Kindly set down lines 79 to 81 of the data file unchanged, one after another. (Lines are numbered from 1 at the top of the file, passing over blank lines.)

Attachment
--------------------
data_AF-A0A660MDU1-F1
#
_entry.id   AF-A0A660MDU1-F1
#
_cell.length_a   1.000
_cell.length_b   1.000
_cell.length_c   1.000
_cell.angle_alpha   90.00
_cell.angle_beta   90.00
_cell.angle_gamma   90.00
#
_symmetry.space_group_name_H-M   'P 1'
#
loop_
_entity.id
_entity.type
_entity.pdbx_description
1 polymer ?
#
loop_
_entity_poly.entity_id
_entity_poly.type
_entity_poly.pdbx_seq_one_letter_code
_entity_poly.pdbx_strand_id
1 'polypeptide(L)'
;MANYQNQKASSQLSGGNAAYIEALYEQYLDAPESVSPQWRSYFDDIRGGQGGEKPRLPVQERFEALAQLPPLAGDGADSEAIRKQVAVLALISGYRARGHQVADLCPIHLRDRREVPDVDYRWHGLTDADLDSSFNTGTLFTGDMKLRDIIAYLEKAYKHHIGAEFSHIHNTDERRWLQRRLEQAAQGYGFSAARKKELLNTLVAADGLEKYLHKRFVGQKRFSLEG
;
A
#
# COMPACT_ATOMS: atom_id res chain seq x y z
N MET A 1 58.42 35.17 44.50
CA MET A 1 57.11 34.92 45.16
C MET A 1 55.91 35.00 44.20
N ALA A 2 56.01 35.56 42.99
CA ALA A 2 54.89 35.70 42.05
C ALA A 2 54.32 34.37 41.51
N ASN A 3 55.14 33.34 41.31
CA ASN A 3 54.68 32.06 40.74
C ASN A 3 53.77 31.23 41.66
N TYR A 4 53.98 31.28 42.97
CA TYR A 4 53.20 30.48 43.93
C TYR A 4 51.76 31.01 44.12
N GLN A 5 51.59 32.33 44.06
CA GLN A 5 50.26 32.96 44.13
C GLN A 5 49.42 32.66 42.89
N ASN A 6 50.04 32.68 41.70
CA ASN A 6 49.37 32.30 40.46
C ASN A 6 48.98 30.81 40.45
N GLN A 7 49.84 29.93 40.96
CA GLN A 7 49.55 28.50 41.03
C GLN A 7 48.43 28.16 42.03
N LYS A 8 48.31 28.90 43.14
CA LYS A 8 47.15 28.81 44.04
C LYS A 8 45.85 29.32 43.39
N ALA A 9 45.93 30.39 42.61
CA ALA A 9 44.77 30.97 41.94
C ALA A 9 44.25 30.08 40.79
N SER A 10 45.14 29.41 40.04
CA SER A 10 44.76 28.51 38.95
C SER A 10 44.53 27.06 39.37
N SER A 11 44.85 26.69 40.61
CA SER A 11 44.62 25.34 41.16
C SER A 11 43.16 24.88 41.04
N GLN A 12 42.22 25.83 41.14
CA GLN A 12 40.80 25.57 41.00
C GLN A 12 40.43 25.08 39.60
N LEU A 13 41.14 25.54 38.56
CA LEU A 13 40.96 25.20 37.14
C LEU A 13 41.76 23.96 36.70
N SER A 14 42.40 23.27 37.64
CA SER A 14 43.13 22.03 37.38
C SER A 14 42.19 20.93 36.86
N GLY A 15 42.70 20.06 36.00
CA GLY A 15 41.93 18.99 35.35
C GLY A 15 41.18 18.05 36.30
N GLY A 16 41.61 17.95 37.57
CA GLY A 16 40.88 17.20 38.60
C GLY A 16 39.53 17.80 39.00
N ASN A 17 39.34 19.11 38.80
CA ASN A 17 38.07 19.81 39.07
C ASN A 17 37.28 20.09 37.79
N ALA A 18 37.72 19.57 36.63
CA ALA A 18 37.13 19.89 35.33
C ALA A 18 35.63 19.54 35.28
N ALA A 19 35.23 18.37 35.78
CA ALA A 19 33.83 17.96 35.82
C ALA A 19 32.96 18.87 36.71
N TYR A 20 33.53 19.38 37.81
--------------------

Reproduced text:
N ASN A 17 39.34 19.11 38.80
CA ASN A 17 38.07 19.81 39.07
C ASN A 17 37.28 20.09 37.79